International Mother Language Day Special Lecture
Bilingualism: From Research to Society and Back Again
Professor of Developmental Linguistics, LEL
The preceding Monday (21 Feb) is International Mother Language Day. Our weekly Wednesday lecture will be on bilingualism and the importance of having more than one mother language.
Professor Sorace is a leading expert on many aspects of research in bilingualism. Bilingualism is both the acquisition of two or more ‘first’ languages and the socio-political environment in which there are two or more official languages.
She is also the Director of the organisation Bilingualism Matters, a group that promotes the importance of bilingualism in education and child development.
As well as her post in Edinburgh, Professor Sorace is also Visiting Professor at the University of Tromsø, Norway.
For more information on Prof. Sorace see: www.lel.ed.ac.uk/~antonell/
For more information on Bilingualism Matters see:
For more information on International Mother Language Day see:
Two languages in one brain: what bilingualism means for the individual and why it matters for society.Different types of bilingual language development – early language learning from childhood, adult second language learning, native language attrition – have traditionally been studied in separate sub-fields of linguistics and psychology. Edinburgh is one of the few places in the world that adopts a ‘big tent’ interdisciplinary approach to bilingualism. I will show that this approach has revealed similarities among bilingual groups due to a complex interplay of linguistic and cognitive factors.I will also describe our effort to make information about research on bilingual language and cognition accessible in the community. This is crucial to encourage early language learning, to facilitate the integration of immigrant children, and to maintain local minority languages. Edinburgh is at the forefront of public outreach with the Bilingualism Matters project, which is actively working to bridge the gap between research and public perception of bilingualism in Scotland and in Europe.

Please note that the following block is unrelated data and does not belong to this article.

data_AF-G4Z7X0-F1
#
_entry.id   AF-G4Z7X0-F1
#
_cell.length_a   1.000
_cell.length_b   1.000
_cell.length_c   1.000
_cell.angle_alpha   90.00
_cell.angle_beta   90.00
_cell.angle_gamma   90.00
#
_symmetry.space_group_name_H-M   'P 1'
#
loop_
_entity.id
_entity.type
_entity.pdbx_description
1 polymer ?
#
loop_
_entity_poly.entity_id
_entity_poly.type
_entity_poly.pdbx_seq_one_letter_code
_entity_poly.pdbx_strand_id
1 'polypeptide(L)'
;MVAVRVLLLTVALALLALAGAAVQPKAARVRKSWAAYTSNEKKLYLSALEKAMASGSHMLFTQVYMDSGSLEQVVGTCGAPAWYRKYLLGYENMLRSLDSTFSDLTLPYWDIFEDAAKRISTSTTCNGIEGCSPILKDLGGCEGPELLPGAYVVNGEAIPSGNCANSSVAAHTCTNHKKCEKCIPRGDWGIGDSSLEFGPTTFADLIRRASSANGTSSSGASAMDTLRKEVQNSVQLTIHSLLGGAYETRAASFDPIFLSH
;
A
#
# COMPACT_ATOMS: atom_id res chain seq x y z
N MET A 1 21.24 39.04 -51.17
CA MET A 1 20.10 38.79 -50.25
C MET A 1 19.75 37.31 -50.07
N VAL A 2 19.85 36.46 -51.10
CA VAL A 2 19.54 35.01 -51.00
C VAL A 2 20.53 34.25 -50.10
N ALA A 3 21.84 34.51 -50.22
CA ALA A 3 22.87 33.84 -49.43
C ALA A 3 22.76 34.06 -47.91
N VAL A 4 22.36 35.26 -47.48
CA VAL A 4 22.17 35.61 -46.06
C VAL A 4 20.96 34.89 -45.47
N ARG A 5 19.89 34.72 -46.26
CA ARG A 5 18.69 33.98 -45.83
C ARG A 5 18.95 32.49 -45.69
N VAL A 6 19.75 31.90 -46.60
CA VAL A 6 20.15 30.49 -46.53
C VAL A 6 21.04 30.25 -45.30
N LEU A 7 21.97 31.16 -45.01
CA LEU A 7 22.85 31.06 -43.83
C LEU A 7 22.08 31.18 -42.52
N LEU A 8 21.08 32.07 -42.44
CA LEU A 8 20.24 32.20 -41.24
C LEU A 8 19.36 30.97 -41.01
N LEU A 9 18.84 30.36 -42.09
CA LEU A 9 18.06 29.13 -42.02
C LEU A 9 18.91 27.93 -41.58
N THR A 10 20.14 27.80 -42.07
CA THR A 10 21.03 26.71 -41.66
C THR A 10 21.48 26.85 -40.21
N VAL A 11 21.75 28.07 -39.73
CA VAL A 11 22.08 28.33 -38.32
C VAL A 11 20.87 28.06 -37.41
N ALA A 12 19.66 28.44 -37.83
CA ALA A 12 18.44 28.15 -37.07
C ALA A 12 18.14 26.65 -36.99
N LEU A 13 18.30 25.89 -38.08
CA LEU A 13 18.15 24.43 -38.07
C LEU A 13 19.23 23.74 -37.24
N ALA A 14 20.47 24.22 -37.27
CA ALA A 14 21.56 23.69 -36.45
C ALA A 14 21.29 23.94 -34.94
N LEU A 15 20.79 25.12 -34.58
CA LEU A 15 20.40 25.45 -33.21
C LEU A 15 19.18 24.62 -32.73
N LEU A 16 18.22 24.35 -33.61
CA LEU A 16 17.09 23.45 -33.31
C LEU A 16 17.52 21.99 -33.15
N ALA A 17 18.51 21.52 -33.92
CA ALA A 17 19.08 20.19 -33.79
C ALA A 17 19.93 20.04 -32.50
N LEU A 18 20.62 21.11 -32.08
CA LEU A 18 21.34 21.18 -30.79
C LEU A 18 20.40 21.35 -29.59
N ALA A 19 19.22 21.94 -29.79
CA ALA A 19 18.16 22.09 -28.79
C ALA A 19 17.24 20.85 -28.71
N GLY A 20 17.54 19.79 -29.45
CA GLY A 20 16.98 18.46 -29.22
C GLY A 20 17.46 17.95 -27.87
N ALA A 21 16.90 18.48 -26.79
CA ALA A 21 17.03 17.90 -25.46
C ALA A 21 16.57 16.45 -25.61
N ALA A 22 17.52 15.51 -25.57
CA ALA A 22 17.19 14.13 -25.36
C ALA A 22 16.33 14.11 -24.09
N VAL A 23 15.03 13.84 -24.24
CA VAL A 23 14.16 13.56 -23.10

Entry is £1 and FREE to active members. Membership is £3 (£6 for non-students) and you can join on the night.
The talk will start at 6:00 p.m. and last about 1 hr. There will be a Q&A/ discussion session at 7:00 p.m. which should last about half an hour.
We also meet at Assembly Bar (41 Lothian Street EH1 1HB ) after the talk at 8:00 p.m. for food and drink with the speaker.
Our talks are public lectures open to all, regardless of whether you are a student or not or what or where you study if a student. We aim for all of our events to be accessible to all; please feel free to contact us beforehand if you require assistance or further information.